BANGKOK (Reuters) - The health of Thailand’s 88-year-old King Bhumibol Adulyadej, the world’s longest reigning monarch, has “overall not yet stabilized”, the palace said on Wednesday.
The statement from the palace follows one on Sunday saying the king was in an unstable condition after receiving haemodialysis treatment, which is used to cleanse the blood of toxins, extra salts and fluids.
A Reuters reporter at Bangkok’s Siriraj Hospital said all four of the king’s children, including Crown Prince Maha Vajiralongkorn, visited him on Wednesday.
“On Oct. 11 his blood pressure lowered and breath quickened,” the palace said. The king’s health has “overall not yet stabilized,” it said.
Several hundred people gathered at the hospital, where the revered king has been for much of the past year, to pray for him.
The government had earlier urged people not to listen to rumors on social media about “situations”, saying they should await official announcements.
During his seven decades on the throne the king, who is seen as a unifying force, has intervened when events threatened to plunge Thailand into crisis.
He has been treated for various ailments over the past year and was last seen in public on Jan. 11, when he spent several hours visiting his palace in the capital, Bangkok.
Prime Minister Prayuth Chan-ocha, who is also head of the ruling junta, canceled an official engagement in Chonburi province on Wednesday and was having an audience with the crown prince on routine government work, the foreign ministry said.
“The government spokesman has urged for the Thai public to rely on official announcements for an update on situations, rather than uncorroborated information in social media circles,” it said in a statement, without referring to the king’s health.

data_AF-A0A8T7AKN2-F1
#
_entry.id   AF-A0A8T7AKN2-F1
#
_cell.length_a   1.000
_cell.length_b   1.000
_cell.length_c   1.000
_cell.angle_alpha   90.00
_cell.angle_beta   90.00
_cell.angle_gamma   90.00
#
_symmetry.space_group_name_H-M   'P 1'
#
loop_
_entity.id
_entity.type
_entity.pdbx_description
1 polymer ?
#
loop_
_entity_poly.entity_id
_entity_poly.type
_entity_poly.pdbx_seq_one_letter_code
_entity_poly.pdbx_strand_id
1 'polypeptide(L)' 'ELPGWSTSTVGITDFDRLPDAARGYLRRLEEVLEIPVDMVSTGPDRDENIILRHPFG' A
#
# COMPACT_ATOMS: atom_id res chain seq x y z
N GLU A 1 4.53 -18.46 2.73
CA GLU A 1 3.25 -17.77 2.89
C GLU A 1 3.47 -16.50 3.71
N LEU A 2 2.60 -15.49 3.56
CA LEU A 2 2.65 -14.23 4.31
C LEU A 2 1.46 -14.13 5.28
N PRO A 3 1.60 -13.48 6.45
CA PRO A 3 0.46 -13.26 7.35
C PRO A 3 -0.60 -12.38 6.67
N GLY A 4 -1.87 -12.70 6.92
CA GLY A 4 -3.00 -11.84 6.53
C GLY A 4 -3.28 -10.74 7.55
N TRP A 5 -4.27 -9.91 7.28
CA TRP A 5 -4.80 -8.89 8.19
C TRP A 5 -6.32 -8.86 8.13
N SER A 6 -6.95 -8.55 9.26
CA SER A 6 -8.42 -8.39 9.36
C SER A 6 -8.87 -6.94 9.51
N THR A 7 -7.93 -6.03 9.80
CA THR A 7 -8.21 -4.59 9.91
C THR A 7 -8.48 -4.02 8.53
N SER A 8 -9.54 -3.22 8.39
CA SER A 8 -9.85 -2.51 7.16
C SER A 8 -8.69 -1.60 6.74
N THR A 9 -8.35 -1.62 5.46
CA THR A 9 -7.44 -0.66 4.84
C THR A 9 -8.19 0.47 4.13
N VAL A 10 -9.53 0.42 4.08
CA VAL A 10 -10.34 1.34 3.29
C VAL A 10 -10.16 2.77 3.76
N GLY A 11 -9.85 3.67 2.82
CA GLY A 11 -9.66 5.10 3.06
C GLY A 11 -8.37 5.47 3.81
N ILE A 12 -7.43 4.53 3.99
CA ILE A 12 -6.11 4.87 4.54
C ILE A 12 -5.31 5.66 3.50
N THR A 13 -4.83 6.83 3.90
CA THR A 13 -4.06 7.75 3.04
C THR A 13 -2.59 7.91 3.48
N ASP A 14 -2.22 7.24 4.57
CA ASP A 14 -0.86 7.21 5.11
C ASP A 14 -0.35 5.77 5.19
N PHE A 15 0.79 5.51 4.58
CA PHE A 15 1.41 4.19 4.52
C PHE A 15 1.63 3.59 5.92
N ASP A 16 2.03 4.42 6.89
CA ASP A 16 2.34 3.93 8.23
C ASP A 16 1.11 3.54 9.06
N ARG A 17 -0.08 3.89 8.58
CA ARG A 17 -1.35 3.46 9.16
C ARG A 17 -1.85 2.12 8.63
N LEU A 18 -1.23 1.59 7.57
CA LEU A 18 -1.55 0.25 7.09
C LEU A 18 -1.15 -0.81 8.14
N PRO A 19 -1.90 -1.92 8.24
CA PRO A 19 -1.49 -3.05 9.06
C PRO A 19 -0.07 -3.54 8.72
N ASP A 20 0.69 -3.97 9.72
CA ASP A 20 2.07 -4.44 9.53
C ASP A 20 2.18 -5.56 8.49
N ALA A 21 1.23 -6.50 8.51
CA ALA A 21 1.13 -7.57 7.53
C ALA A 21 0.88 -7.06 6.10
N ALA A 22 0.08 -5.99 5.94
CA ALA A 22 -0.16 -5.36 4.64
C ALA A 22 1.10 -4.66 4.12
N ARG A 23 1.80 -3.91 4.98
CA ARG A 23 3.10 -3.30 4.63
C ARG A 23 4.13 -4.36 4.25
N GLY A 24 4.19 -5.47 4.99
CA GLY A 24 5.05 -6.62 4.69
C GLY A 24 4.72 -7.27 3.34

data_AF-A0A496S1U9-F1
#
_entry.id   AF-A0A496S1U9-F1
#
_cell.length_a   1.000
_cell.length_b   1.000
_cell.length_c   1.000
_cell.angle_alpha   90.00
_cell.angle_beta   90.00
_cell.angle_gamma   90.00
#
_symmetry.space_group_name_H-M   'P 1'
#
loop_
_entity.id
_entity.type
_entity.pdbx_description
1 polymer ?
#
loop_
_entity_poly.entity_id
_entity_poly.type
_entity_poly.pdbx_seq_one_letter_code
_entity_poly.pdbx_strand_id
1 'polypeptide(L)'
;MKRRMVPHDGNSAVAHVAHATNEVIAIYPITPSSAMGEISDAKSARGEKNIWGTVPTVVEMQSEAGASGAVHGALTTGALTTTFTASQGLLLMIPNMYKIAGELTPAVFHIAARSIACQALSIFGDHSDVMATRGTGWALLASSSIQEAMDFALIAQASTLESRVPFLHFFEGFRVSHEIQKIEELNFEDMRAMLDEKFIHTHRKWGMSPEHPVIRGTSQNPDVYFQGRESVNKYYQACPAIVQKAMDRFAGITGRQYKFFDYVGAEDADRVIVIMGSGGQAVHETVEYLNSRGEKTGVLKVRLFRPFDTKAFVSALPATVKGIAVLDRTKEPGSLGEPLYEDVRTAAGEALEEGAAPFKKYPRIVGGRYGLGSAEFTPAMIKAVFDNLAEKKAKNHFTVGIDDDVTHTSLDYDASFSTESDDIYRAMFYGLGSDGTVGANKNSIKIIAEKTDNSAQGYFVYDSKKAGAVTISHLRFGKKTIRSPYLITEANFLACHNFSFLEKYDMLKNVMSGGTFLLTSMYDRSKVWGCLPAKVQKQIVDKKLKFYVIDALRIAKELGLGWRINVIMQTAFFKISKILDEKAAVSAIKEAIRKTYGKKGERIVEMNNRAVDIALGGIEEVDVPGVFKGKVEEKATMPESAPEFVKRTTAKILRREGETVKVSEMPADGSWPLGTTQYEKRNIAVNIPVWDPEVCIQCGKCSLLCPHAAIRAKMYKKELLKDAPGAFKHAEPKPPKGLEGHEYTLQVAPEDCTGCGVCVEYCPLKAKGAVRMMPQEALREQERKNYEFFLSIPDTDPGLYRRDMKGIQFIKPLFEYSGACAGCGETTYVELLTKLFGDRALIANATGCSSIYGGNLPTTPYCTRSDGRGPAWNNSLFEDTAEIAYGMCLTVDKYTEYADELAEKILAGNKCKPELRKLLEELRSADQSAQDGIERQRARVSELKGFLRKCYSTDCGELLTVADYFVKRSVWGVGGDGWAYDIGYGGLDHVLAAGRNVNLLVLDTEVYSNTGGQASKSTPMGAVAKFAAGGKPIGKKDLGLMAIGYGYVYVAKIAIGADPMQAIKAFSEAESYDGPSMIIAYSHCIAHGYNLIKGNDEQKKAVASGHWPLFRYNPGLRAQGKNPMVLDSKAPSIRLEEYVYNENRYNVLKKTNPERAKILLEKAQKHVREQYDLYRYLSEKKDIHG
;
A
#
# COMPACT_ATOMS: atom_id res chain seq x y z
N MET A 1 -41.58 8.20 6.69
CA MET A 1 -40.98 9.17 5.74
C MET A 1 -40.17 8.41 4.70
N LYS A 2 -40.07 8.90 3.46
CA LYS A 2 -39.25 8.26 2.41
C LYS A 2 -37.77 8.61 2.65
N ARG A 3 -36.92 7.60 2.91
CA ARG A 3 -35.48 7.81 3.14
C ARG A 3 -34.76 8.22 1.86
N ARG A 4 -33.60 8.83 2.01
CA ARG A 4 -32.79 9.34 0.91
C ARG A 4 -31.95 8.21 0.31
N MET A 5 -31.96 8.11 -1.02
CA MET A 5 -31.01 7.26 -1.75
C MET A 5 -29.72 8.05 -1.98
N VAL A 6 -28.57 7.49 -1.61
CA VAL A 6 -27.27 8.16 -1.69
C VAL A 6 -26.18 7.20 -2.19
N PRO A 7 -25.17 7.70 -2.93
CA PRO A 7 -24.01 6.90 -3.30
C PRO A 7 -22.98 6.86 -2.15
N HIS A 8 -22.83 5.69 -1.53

U.S. Assistant Secretary of State Daniel Russel said the U.S.-born king has been a “true friend of the United States”.
“He’s a revered figure in Thailand and he’s an admired figure in the United States and we hope his situation will stabilize,” Russel told reporters in Washington.
Thailand has long been an ally of the United States, for decades united in opposition to the spread of communism in Southeast Asia.
The Stock Exchange of Thailand .SETI closed down 2.5 percent, its lowest since the end of May, after falling as much as 6.9 percent at one point to its lowest since March 1, led by shares in the aviation and tourism industries.
Wednesday’s palace statement was the third health bulletin this month after the palace said on Oct. 1 the king was recovering after a respiratory infection.
Laws protecting the royals from insult make it a crime to defame, insult or threaten the king, queen, heir to the throne or regent.
Reporting by Amy Sawitta Lefevre, Aukkarapon Niyomat and Pracha Hariraksapitak, additional reporting by David Brunnstrom in WASHINGTON; Editing by Robert Birsel and Angus MacSwan